The AMX-13/75 was a light tank developed by AMX France in the early 50’s for use in fast deployment situations endemic in the post-colonial period after WW2. Many AMX-13’s were sold to Israel who in turn used them in large numbers throughout the 60’s, until the Six Day War in 1967. In an interesting twist of international relations, when the island of Singapore was expelled from the Malaysian Federation in 1965, Israel became the only country that was willing to help that new island republic to build her army. In mid-1969 tensions grew between Singapore and Malaysia as an extension of the May 13 race riots in the latter country. The government of Singapore was concerned that a change of leadership in Malaysia could result in attempts to forcibly re-absorb Singapore into that federation. The AMX-13’s were sold by Israel to Singapore to bolster the island’s defenses under such political clouds.
The first 18 tanks arrived in Singapore in June 1969, still bearing their Israeli desert colors and markings. These were quickly repainted with dark green (most likely FS34079) and the first batch of the Singapore Army Armour crew were trained in 6 weeks to operate the tanks. The plan was to make a great show of national independence and self-determination during the annual National Day Parade of 1969. When all 18 tanks paraded down the street with Malaysian representatives among the regional guests viewing, they sparked a commotion between the two neighbors. However the message was sent, and there were no more rumors of impending “recovery” attempts across the Causeway. Singapore’s AMX-13 was possibly one of the few tanks in history to have won a battle without having to fire a single shot in anger. Subsequently Singapore acquired more AMX-13’s and operated them until their replacement by the Leopard 2.
This 1/72 scale AMX13/75 model by Ukrainian maker Ace Models was a vast improvement over the venerable Heller kit. The kit has many parts for such a small tank, complete with two photoetch panels. The downside was that the tracks were the flexible rubber ones that make it impossible to simulate the track sag over the upper follower rollers. Overall part fit was good and provided enough variant parts to make the Singaporean version, which was essentially the Israeli version with just a few minor differences. My two complaints were that the turret assembly does not quite achieve the real appearance of the “bellows”, and secondly, for a tank that has many rails around the turret area, even providing locating dimples there were none included in the kit. I did not have any need for the decals as the early Singaporean tank as it appeared on the parade carried no markings at all, not even serial numbers.
Assembly starts with the building of the main hull box.
Very quickly the upper hull sections and track guards were added to the main assembly. The gun barrel assembly was also built. I also take this time to trial fit the driver figure in the main hull.
Front and rear details are added to the main hull. I did drill out the front and rear towing brackets since the ones provided by the kit were just solid U-shaped tongues.
To allow some elevation of that strange oscillating tank turret from GIAT, there are a pair of internal unsupported bracket arms that needed to be clamped to the assembly. In the end, I just glued them in place.
Once the main parts have been attached, we are ready for the spray booth.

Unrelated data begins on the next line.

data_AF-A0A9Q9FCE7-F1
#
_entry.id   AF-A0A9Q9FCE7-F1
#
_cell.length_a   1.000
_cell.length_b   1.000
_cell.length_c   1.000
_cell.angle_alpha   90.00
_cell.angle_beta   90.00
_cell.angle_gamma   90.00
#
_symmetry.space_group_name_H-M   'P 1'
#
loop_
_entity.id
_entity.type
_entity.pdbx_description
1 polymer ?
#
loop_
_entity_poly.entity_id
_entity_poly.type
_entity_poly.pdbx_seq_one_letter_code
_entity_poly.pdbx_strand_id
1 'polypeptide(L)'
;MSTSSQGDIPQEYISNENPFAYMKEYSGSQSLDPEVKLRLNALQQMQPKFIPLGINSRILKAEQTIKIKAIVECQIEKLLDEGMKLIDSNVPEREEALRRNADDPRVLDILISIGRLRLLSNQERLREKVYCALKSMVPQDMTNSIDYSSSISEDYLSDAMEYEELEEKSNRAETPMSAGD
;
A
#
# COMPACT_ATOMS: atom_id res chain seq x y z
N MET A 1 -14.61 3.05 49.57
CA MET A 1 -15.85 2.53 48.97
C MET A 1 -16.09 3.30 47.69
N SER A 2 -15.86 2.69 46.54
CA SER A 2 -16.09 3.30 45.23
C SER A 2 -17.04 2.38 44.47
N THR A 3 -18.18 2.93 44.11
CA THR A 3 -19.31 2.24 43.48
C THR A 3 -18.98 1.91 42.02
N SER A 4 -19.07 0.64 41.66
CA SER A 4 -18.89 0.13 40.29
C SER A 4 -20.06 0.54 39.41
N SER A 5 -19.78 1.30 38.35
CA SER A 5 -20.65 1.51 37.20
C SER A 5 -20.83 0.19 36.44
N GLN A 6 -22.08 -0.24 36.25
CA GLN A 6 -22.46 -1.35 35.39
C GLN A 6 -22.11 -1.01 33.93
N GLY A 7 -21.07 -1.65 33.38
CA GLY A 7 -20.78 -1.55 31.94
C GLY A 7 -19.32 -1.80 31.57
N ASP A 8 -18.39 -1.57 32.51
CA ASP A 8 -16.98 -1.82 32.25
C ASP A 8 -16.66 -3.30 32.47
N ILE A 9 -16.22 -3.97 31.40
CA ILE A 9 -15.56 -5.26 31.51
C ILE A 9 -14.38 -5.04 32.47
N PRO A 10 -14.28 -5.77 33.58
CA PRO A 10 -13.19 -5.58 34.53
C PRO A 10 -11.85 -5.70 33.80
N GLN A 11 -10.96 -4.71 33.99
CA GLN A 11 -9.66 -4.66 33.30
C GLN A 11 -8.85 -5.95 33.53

As my usual practice, I undertone the hull and turret with Tamiya XF-69 NATO Black followed by highlights in XF-19 Sky Grey. Then I apply a uniform cover of Dark Green FS34079, then highlights in Medium Green FS34102. I left the starboard side stowage compartment open to insert the rust colored exhaust system later.
The photoetched ventilation covers for the engine are installed before other hull details are added.
It’s sprocket-and-roadwheel time. For a tank boggies arrangement, this one is fairly straight forward. I left off the last follower and the upper rollers until track installation time to prevent having to stretch and break the rubber tracks.
The smoke grenade launchers and antennae are added to the turret. Note that the launching tubes have been drilled.
I sealed the entire tank under a satin varnish to protect the paintwork from subsequent washes. This also give the tank that newly-painted look for the parade.
As mentioned earlier, this kit is missing a lot of grab and hand hold rails. Note all the additional rails I added to make the model more realistic.
For added depth and details effect, I applied a turpenoid wash of 2 parts Lamp Black, 1 part Burnt Umber.
The General Purpose Browning MG was a leftover part from the Israeli Shot Kal. I mounted a new bracket and post to that 50 cal.
I joined the track ends together using Loctite 770 primer, followed by Superglue. Once properly dried, they are very strong and can take a decent amount of stretching. I stretched the track band using the rear follower as a tensioner until I snap it into its holding bracket. Busy and fast glue workmanship needed to get the tracks all in line with the tank chassis and road wheels.
I populated all the crew positions as was seen in the parade photographs from 1969. Israeli style tank helmets were issued to Singaporean crews with US-style green uniforms. The helmets were made out of Tamiya 2-part epoxy.
The road base was made using a 4″ x 4″ bass wood plaque, lined with natural cork sheet, and foal sheet pavement. The black-and-white painted kerb and island post were typical of 1960’s Singapore. The parade tanks’ only indication of nationality were the Singapore national pennants flying from the twin antennae. And so we have the Little Tank that roared!